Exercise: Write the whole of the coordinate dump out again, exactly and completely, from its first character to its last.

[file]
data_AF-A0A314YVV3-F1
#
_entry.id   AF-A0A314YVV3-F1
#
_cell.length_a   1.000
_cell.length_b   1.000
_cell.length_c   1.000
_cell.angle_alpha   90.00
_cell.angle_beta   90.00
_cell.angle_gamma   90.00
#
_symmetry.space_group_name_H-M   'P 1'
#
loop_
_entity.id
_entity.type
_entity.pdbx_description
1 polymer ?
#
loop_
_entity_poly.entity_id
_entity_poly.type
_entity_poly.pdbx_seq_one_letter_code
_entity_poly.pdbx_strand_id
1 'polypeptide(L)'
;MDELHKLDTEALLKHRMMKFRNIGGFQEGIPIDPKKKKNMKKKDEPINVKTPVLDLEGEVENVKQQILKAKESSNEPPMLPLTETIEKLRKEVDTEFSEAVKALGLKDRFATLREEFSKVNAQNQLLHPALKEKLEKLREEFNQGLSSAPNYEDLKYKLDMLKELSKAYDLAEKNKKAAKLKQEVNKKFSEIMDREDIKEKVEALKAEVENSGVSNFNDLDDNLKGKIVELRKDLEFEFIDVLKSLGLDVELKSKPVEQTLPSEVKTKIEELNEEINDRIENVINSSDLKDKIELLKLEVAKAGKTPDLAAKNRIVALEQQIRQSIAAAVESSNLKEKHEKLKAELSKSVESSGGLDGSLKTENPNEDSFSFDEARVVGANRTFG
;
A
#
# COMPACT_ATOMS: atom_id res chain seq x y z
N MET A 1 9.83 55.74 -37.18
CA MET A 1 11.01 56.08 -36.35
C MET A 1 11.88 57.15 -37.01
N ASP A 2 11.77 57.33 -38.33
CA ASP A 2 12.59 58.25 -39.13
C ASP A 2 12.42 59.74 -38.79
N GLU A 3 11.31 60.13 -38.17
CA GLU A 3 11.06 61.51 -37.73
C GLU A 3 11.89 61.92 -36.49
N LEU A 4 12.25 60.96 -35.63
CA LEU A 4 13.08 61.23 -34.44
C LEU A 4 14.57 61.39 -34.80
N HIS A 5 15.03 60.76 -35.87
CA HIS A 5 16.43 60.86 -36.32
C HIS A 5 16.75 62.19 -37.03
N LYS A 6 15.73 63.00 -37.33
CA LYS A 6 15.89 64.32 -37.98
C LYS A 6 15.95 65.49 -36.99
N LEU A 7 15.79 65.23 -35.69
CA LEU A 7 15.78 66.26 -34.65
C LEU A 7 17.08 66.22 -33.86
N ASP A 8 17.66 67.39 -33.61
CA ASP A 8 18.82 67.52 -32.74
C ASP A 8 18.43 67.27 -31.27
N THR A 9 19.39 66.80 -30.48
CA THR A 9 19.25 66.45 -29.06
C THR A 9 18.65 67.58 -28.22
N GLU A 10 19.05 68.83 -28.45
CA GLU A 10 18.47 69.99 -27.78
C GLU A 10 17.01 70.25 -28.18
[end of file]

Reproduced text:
data_AF-A0A314YVV3-F1
#
_entry.id   AF-A0A314YVV3-F1
#
_cell.length_a   1.000
_cell.length_b   1.000
_cell.length_c   1.000
_cell.angle_alpha   90.00
_cell.angle_beta   90.00
_cell.angle_gamma   90.00
#
_symmetry.space_group_name_H-M   'P 1'
#
loop_
_entity.id
_entity.type
_entity.pdbx_description
1 polymer ?
#
loop_
_entity_poly.entity_id
_entity_poly.type
_entity_poly.pdbx_seq_one_letter_code
_entity_poly.pdbx_strand_id
1 'polypeptide(L)'
;MDELHKLDTEALLKHRMMKFRNIGGFQEGIPIDPKKKKNMKKKDEPINVKTPVLDLEGEVENVKQQILKAKESSNEPPMLPLTETIEKLRKEVDTEFSEAVKALGLKDRFATLREEFSKVNAQNQLLHPALKEKLEKLREEFNQGLSSAPNYEDLKYKLDMLKELSKAYDLAEKNKKAAKLKQEVNKKFSEIMDREDIKEKVEALKAEVENSGVSNFNDLDDNLKGKIVELRKDLEFEFIDVLKSLGLDVELKSKPVEQTLPSEVKTKIEELNEEINDRIENVINSSDLKDKIELLKLEVAKAGKTPDLAAKNRIVALEQQIRQSIAAAVESSNLKEKHEKLKAELSKSVESSGGLDGSLKTENPNEDSFSFDEARVVGANRTFG
;
A
#
# COMPACT_ATOMS: atom_id res chain seq x y z
N MET A 1 9.83 55.74 -37.18
CA MET A 1 11.01 56.08 -36.35
C MET A 1 11.88 57.15 -37.01
N ASP A 2 11.77 57.33 -38.33
CA ASP A 2 12.59 58.25 -39.13
C ASP A 2 12.42 59.74 -38.79
N GLU A 3 11.31 60.13 -38.17
CA GLU A 3 11.06 61.51 -37.73
C GLU A 3 11.89 61.92 -36.49
N LEU A 4 12.25 60.96 -35.63
CA LEU A 4 13.08 61.23 -34.44
C LEU A 4 14.57 61.39 -34.80
N HIS A 5 15.03 60.76 -35.87
CA HIS A 5 16.43 60.86 -36.32
C HIS A 5 16.75 62.19 -37.03
N LYS A 6 15.73 63.00 -37.33
CA LYS A 6 15.89 64.32 -37.98
C LYS A 6 15.95 65.49 -36.99
N LEU A 7 15.79 65.23 -35.69
CA LEU A 7 15.78 66.26 -34.65
C LEU A 7 17.08 66.22 -33.86
N ASP A 8 17.66 67.39 -33.61
CA ASP A 8 18.82 67.52 -32.74
C ASP A 8 18.43 67.27 -31.27
N THR A 9 19.39 66.80 -30.48
CA THR A 9 19.25 66.45 -29.06
C THR A 9 18.65 67.58 -28.22
N GLU A 10 19.05 68.83 -28.45
CA GLU A 10 18.47 69.99 -27.78
C GLU A 10 17.01 70.25 -28.18